Intuitive Eating

I read with interest your article titled “Food Makers Are Taking Salt and Sugar Out of Food — But They’re Adding Fat,”in the Health pages of the December 20, 2017, Week In Review.

As a Nutritional Sciences student, I would like to comment on a different angle of eating that this article reminded me of.

The article portrayed changing food requirements. Manufacturers are now trying to include less sugar and sodium in products, with the compensation of increased fat. Previously, low-fat products contained more sugar. This dilemma highlights the fact that food is constantly being evolved to find the “healthiest” version.

But food was created to give us energy and enable us to thrive. Why are we trying to eat zero-calorie foods and live off air? The culture we live in now is so consumed with losing weight that we are forgetting that food sustains us. We need all the elements: carbs, fat, protein, sodium, etc., for different functions. For example, without sodium, our blood pressure would be too low. We need carbohydrates as the main fuel for our brain and heart. And so on. Processed and “treat” foods have their place, too, in providing pleasure and satisfaction.

Yes, some people have conditions where they need to be aware of specific food components. But generally we can partake of all varieties of food with varying numbers of calories and varying nutritional values.

“Intuitive Eating” is a way of eating that incorporates all food. Essentially, it involves a person relying on their innate hunger and fullness cues. Evelyn Tribole and Elyse Resch, the founders of this movement, believe that restricting food causes more eating issues, whereas food freedom creates balance. Individuals can learn their body’s requirements and desires to receive adequate nutrition and also pleasure.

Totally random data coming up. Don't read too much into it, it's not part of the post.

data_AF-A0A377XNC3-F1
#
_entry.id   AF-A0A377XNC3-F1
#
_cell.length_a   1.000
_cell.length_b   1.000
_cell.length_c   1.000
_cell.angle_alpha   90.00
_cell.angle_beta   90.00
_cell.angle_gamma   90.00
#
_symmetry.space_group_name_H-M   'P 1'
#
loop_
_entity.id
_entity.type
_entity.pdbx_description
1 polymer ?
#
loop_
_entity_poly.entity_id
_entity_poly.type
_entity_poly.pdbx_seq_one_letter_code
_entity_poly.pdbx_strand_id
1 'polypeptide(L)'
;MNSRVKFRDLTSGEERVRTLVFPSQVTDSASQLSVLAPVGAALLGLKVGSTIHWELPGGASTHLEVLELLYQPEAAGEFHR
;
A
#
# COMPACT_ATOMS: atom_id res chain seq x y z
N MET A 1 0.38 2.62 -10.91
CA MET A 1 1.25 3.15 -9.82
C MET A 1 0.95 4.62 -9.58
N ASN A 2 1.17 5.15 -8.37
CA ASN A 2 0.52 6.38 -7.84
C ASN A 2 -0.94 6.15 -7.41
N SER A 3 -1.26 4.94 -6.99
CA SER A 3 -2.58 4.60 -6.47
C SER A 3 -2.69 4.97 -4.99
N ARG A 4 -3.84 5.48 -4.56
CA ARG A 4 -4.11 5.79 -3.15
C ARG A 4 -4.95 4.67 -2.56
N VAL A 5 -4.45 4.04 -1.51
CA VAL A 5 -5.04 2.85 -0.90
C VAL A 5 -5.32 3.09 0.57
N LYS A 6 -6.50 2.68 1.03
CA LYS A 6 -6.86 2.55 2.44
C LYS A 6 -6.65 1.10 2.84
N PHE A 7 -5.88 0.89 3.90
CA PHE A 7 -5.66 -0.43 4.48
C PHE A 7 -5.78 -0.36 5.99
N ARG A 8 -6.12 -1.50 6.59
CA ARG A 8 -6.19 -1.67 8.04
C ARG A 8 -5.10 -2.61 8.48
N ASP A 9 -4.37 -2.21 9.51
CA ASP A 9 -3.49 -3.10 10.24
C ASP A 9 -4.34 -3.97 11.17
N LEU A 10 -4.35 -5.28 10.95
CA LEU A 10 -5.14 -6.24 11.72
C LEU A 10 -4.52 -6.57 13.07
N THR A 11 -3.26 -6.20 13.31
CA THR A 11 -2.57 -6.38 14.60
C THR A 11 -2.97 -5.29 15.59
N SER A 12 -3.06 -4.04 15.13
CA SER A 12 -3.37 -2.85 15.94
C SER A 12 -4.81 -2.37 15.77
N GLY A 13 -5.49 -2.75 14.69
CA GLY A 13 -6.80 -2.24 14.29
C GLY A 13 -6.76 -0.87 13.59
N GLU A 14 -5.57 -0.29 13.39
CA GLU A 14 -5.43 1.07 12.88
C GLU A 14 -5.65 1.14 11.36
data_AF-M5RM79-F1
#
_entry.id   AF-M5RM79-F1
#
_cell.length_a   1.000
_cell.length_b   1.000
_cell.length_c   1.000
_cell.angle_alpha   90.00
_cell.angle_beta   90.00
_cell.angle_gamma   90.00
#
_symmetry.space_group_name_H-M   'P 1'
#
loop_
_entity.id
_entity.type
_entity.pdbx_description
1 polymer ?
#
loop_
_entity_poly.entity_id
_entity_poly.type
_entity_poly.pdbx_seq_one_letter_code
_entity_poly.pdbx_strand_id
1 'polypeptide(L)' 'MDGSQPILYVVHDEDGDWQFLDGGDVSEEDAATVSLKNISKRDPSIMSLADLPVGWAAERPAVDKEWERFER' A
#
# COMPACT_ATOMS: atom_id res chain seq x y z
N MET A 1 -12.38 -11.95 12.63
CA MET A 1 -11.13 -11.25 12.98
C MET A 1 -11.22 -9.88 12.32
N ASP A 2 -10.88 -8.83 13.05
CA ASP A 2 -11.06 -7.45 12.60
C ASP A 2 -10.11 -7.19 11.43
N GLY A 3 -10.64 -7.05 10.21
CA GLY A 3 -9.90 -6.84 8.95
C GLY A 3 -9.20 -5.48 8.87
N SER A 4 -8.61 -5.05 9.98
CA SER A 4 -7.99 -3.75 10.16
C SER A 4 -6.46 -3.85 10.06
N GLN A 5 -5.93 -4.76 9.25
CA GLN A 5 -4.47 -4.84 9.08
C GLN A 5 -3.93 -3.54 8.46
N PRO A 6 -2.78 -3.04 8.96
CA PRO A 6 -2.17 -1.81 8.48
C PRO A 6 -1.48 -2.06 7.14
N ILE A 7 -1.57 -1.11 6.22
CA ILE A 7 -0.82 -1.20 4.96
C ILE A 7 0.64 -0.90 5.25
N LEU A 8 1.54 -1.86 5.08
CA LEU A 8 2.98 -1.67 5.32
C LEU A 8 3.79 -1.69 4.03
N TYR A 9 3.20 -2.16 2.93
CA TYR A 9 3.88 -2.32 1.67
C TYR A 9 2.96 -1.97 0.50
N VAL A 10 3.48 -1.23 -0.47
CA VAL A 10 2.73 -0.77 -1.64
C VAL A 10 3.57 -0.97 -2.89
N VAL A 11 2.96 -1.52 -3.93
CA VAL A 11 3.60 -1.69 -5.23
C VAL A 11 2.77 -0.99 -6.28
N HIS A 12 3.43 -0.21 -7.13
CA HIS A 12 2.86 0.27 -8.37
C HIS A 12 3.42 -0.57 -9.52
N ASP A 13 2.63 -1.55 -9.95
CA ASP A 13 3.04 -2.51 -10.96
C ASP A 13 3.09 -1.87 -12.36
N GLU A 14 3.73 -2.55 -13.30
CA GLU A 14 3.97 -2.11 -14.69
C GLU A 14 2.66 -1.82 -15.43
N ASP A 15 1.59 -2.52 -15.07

Imagine a life where one can peruse a restaurant menu for any dish that tickles one’s fancy. One doesn’t watch her friend enjoying a chocolate milkshake, wishing for the day when she is skinny and “allowed” this ”indulgence.” We might fancy a salad for lunch one day and a sandwich the next, and that’s fine. Let’s trust our body to tell us what it needs, and we can live a healthy, satisfied life, saving our mind and energy to fulfill our dreams, rather than obsessing over food.

Eating in this natural way allows a healthy relationship with food, benefiting a healthy mind as well.

I hope this has been insightful. It only touches on this perhaps revolutionary concept of Intuitive Eating. I’m happy to answer any questions or write an article for your prominent newspaper.

Dina Spielman